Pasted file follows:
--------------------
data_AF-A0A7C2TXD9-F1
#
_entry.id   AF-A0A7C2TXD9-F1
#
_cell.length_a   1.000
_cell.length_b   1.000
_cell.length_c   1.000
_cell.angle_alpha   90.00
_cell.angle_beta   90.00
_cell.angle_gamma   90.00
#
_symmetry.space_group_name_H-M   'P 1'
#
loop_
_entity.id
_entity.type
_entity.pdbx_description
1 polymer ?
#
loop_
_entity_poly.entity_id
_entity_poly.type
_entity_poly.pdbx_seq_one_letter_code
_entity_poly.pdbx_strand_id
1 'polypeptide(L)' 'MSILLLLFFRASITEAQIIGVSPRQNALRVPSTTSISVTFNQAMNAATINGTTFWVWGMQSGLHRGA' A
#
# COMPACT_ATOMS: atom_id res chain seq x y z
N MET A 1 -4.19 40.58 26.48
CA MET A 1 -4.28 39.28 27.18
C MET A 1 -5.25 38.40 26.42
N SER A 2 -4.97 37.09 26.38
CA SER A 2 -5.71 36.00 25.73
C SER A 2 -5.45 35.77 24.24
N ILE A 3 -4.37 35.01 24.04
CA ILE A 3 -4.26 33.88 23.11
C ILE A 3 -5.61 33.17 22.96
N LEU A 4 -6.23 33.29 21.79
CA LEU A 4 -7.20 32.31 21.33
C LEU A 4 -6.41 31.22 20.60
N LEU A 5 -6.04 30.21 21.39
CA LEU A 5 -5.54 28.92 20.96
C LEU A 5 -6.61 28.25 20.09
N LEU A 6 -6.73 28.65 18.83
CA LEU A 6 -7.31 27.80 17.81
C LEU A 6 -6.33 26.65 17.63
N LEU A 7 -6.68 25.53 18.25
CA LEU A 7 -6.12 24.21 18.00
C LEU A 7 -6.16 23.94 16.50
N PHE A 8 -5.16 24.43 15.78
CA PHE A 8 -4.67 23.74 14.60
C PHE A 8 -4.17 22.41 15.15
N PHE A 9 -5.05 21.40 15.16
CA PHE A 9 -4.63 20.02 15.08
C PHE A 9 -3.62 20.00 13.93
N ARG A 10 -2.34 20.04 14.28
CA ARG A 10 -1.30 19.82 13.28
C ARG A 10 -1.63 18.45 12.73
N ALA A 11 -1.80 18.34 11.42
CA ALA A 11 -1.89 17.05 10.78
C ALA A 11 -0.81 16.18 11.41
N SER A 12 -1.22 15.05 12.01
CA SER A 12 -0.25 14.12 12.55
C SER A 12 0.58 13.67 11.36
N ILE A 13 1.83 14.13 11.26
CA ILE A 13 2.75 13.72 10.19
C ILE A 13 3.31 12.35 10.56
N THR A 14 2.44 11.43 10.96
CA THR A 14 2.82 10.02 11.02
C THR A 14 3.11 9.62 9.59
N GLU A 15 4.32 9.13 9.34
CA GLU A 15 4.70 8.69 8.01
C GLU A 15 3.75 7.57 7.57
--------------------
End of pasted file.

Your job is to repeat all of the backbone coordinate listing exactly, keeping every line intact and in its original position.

data_AF-A0A7C2TXD9-F1
#
_entry.id   AF-A0A7C2TXD9-F1
#
_cell.length_a   1.000
_cell.length_b   1.000
_cell.length_c   1.000
_cell.angle_alpha   90.00
_cell.angle_beta   90.00
_cell.angle_gamma   90.00
#
_symmetry.space_group_name_H-M   'P 1'
#
loop_
_entity.id
_entity.type
_entity.pdbx_description
1 polymer ?
#
loop_
_entity_poly.entity_id
_entity_poly.type
_entity_poly.pdbx_seq_one_letter_code
_entity_poly.pdbx_strand_id
1 'polypeptide(L)' 'MSILLLLFFRASITEAQIIGVSPRQNALRVPSTTSISVTFNQAMNAATINGTTFWVWGMQSGLHRGA' A
#
# COMPACT_ATOMS: atom_id res chain seq x y z
N MET A 1 -4.19 40.58 26.48
CA MET A 1 -4.28 39.28 27.18
C MET A 1 -5.25 38.40 26.42
N SER A 2 -4.97 37.09 26.38
CA SER A 2 -5.71 36.00 25.73
C SER A 2 -5.45 35.77 24.24
N ILE A 3 -4.37 35.01 24.04
CA ILE A 3 -4.26 33.88 23.11
C ILE A 3 -5.61 33.17 22.96
N LEU A 4 -6.23 33.29 21.79
CA LEU A 4 -7.20 32.31 21.33
C LEU A 4 -6.41 31.22 20.60
N LEU A 5 -6.04 30.21 21.39
CA LEU A 5 -5.54 28.92 20.96
C LEU A 5 -6.61 28.25 20.09
N LEU A 6 -6.73 28.65 18.83
CA LEU A 6 -7.31 27.80 17.81
C LEU A 6 -6.33 26.65 17.63
N LEU A 7 -6.68 25.53 18.25
CA LEU A 7 -6.12 24.21 18.00
C LEU A 7 -6.16 23.94 16.50
N PHE A 8 -5.16 24.43 15.78
CA PHE A 8 -4.67 23.74 14.60
C PHE A 8 -4.17 22.41 15.15
N PHE A 9 -5.05 21.40 15.16
CA PHE A 9 -4.63 20.02 15.08
C PHE A 9 -3.62 20.00 13.93
N ARG A 10 -2.34 20.04 14.28
CA ARG A 10 -1.30 19.82 13.28
C ARG A 10 -1.63 18.45 12.73
N ALA A 11 -1.80 18.34 11.42
CA ALA A 11 -1.89 17.05 10.78
C ALA A 11 -0.81 16.18 11.41
N SER A 12 -1.22 15.05 12.01
CA SER A 12 -0.25 14.12 12.55
C SER A 12 0.58 13.67 11.36
N ILE A 13 1.83 14.13 11.26
CA ILE A 13 2.75 13.72 10.19
C ILE A 13 3.31 12.35 10.56
N THR A 14 2.44 11.43 10.96
CA THR A 14 2.82 10.02 11.02
C THR A 14 3.11 9.62 9.59
N GLU A 15 4.32 9.13 9.34
CA GLU A 15 4.70 8.69 8.01
C GLU A 15 3.75 7.57 7.57